Ladies and gentlemen sitting in cart, with horses, nurses surrounding

Alexandra Rose day

Fundraising: Alexandra Rose day for the Salisbury General Infirmary

After World War 1 the Infirmary’s finances were in trouble – their expenditure had trebled in 10 years from £6k to £18k. To combat this the hospital saw a very busy period in fundraising in the 1920s & 1930s. (see our carnival page for pictures of this event)

The photograph below from our collection is of particular interest and shows a group preparing for Alexandra Rose Day. Held in June this national campaign started in 1912 on the 50th anniversary of the arrival of Queen Alexandra from Denmark. The Queen requested that the anniversary be marked by the sale of roses in London to raise funds for charities and hospitals. You can just make out the wording on the placard in the photo that says ‘Eleventh anniversary’ which would make it 1922. This is confirmed in the Salisbury General Infirmary Annual report for 1922, which describes a major fundraising event across the city for Alexandra Rose Day. It was noted despite bad weather on the day they however raised nearly £600 (probably modern day equivalent of £30k) with 700 ladies taking part and 45,000 roses were sold.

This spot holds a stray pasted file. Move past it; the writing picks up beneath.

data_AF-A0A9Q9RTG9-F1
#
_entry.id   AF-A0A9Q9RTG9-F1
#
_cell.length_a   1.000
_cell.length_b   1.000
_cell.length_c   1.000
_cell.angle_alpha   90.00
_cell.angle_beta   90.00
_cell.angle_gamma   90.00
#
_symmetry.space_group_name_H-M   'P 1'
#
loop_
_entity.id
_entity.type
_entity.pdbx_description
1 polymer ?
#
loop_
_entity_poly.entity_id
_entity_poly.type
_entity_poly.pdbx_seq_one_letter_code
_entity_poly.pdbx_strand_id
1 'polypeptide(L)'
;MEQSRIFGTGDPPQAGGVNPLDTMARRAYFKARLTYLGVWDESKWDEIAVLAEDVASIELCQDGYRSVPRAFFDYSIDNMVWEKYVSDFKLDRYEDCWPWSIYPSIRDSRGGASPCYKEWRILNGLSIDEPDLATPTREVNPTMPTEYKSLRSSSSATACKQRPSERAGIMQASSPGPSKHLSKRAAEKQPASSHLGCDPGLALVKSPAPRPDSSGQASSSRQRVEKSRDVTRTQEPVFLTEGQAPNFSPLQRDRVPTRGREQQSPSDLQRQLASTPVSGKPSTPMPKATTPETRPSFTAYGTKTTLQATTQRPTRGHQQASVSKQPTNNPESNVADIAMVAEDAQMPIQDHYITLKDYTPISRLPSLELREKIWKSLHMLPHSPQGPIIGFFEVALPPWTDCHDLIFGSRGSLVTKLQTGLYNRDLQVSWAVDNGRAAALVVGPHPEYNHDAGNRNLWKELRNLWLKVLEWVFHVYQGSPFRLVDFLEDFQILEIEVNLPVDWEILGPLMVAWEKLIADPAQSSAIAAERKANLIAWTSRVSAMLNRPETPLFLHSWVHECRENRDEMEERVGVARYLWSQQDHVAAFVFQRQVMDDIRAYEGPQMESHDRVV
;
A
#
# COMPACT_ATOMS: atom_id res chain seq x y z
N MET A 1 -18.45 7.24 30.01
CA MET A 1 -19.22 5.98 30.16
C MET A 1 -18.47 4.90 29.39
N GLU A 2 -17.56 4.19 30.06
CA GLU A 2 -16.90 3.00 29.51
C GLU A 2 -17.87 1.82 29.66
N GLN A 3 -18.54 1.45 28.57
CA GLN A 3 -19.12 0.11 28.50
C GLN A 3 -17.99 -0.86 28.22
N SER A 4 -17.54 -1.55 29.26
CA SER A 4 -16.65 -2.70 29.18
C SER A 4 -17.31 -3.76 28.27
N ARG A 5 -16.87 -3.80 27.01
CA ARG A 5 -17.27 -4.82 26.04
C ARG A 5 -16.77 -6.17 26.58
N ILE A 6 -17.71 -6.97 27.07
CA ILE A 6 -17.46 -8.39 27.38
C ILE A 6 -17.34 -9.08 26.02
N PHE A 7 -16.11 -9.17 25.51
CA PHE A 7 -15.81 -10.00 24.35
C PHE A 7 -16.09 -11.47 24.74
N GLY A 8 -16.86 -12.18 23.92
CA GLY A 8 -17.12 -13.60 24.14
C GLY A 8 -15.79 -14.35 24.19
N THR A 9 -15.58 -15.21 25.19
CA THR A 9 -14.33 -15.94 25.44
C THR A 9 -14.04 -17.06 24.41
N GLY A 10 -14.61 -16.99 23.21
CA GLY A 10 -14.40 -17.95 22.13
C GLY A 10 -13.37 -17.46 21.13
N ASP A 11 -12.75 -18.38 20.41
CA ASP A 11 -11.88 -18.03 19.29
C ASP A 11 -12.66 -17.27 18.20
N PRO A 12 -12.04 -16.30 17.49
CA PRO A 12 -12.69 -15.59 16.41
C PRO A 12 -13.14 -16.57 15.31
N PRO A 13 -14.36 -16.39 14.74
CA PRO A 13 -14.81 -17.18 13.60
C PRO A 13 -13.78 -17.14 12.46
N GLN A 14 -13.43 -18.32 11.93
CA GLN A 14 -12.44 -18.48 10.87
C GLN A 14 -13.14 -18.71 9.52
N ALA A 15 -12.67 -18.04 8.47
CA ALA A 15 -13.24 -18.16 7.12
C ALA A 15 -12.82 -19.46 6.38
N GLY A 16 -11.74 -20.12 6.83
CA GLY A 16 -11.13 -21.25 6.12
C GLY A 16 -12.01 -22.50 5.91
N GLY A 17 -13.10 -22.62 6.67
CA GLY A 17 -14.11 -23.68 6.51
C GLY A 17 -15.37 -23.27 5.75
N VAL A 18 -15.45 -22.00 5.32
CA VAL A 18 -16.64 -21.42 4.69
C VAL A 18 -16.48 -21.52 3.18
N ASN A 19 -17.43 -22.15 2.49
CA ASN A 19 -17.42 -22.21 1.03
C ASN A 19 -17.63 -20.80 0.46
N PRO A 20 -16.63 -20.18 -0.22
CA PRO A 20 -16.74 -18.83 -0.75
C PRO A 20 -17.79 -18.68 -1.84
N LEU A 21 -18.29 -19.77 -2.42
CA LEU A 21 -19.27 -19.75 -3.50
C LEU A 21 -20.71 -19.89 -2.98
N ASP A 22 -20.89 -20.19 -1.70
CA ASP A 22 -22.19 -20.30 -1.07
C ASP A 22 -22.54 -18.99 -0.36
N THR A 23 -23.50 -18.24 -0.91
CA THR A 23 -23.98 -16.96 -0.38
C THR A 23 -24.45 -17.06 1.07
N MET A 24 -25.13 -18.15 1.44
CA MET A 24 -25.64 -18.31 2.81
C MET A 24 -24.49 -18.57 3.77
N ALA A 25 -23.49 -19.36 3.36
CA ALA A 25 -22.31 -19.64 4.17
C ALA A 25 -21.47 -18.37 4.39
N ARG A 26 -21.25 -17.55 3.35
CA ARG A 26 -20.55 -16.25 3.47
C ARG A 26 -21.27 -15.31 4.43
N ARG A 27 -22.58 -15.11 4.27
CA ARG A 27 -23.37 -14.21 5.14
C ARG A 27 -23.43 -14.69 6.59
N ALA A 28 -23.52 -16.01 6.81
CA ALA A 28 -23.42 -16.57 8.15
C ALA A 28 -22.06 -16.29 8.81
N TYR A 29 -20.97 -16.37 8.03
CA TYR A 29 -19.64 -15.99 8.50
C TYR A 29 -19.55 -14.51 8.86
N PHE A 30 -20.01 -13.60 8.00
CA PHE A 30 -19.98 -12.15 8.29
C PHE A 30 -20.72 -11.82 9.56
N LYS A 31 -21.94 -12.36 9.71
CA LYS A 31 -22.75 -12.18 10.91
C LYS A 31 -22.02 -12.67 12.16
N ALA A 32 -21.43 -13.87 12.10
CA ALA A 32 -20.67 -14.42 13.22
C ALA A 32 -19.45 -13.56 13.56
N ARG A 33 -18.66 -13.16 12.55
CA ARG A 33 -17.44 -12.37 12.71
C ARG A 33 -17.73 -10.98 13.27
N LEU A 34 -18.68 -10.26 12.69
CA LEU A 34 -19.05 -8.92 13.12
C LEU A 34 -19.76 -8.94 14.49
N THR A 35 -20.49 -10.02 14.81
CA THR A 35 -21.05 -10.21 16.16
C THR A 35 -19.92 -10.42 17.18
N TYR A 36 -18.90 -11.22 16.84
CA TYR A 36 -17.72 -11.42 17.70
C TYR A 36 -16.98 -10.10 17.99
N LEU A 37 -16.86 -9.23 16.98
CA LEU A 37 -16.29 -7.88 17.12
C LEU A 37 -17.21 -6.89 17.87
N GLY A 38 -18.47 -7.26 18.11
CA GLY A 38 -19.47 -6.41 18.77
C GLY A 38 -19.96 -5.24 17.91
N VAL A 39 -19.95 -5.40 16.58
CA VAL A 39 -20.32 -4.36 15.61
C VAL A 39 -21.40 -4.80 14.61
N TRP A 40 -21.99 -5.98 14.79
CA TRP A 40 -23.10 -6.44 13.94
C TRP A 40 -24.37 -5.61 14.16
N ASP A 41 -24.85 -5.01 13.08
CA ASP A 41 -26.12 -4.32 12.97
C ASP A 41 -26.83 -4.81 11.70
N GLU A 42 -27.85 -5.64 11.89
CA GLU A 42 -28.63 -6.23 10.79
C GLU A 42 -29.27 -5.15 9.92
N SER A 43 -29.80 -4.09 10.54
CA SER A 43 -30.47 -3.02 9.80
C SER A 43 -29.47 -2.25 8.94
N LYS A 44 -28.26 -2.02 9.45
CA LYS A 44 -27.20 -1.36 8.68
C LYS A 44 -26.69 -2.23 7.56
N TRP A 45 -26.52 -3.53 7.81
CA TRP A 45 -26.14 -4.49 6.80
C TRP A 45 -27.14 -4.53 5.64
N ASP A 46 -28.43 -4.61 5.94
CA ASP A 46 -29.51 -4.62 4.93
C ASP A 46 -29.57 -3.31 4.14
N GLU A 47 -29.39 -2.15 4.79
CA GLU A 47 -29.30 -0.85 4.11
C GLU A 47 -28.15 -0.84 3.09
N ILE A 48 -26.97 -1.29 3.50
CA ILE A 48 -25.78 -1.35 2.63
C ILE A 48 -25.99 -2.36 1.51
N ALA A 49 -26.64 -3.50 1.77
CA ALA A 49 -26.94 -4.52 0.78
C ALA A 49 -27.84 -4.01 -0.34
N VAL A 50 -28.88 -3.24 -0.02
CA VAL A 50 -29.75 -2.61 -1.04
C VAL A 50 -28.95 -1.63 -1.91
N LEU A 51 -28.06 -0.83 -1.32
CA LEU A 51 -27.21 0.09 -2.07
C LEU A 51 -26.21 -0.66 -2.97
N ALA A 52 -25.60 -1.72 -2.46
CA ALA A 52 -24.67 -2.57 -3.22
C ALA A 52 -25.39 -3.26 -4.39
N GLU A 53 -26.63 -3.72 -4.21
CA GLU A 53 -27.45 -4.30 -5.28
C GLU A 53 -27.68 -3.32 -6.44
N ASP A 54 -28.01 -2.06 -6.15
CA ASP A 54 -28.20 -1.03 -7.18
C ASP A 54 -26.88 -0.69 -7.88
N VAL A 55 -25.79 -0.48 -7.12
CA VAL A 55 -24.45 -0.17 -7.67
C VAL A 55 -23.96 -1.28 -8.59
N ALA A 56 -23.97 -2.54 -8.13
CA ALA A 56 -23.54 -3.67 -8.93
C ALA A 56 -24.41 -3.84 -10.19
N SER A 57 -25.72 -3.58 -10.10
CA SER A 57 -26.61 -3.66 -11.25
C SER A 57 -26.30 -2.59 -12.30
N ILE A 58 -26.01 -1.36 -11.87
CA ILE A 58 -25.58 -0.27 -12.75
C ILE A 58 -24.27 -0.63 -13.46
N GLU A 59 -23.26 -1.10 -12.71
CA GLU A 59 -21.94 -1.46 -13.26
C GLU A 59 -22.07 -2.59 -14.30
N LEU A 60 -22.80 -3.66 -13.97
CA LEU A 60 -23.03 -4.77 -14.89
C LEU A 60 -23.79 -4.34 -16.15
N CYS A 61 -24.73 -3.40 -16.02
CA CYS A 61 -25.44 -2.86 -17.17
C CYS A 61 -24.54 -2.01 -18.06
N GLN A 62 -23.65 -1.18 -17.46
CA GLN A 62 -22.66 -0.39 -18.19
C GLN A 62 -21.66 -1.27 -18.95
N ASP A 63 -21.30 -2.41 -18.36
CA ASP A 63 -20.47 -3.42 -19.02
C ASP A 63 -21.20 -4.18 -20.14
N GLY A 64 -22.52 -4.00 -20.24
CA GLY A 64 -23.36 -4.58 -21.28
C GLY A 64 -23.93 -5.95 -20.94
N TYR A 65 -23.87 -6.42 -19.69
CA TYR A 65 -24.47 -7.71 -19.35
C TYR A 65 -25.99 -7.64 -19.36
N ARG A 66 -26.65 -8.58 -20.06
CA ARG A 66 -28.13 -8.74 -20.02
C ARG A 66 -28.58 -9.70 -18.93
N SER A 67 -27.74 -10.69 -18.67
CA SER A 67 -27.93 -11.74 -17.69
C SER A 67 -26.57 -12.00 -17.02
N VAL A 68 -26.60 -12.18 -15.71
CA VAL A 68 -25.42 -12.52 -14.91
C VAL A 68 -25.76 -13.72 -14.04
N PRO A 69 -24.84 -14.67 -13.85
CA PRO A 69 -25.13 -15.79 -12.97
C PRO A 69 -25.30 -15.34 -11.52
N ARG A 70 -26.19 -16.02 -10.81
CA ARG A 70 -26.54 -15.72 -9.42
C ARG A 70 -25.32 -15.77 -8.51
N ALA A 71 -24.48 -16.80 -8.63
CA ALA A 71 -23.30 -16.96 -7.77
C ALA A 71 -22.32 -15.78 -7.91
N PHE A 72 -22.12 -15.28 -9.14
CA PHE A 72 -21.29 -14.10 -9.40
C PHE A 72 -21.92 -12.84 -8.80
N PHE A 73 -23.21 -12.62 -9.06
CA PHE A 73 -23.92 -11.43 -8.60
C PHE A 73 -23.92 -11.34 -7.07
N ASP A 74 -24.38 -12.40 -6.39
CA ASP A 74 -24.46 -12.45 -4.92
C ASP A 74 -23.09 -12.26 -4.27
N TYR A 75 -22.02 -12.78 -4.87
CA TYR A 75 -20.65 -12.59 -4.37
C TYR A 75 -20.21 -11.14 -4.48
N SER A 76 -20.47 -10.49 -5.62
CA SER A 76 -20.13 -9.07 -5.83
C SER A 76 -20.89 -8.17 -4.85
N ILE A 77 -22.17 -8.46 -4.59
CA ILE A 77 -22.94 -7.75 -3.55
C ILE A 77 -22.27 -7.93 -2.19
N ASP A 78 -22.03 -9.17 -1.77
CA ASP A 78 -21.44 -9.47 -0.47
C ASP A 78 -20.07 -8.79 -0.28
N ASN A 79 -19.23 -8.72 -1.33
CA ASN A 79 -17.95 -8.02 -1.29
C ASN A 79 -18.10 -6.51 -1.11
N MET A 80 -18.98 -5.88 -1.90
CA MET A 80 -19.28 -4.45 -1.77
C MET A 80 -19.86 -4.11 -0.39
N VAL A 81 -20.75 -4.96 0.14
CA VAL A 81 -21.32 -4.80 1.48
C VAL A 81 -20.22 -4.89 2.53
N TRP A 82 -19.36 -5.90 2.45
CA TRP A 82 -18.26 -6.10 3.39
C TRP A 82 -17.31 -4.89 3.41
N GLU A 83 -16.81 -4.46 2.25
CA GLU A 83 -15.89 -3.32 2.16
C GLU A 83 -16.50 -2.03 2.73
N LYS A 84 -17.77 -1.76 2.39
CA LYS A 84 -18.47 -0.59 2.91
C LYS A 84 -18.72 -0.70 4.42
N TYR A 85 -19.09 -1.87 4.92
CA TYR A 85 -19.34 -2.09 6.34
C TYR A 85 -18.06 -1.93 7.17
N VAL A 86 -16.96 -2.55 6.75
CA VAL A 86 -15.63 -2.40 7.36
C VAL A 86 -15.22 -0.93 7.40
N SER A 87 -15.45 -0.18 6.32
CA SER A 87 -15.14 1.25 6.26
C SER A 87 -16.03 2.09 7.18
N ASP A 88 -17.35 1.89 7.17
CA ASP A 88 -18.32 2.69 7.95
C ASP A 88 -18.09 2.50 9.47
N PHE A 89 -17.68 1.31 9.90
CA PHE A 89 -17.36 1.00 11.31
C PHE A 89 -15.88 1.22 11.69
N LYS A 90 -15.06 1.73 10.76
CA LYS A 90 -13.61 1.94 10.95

In the centre of the photo, just behind the small cart, is Miss Adeline Cable who was matron during the war and into 1920s. As well as the bulldog sat on top of the stage coach, did you notice the strange dressed up character in the foreground group? It’s not the Salisbury Hob Nob, but could be the donkey headed ‘Bottom’ from Shakespeare’s Midsummer Night’s Dream.

An associated item in our collection is the silver rose bowl pictured below, which is inscribed:

Salisbury Alexandra Rose Day
June 21st 1932
Presented by Mrs Gilbert Kempe
in memory of
Mr Gilbert Kempe OBE MD
Surgeon of Salisbury Infirmary


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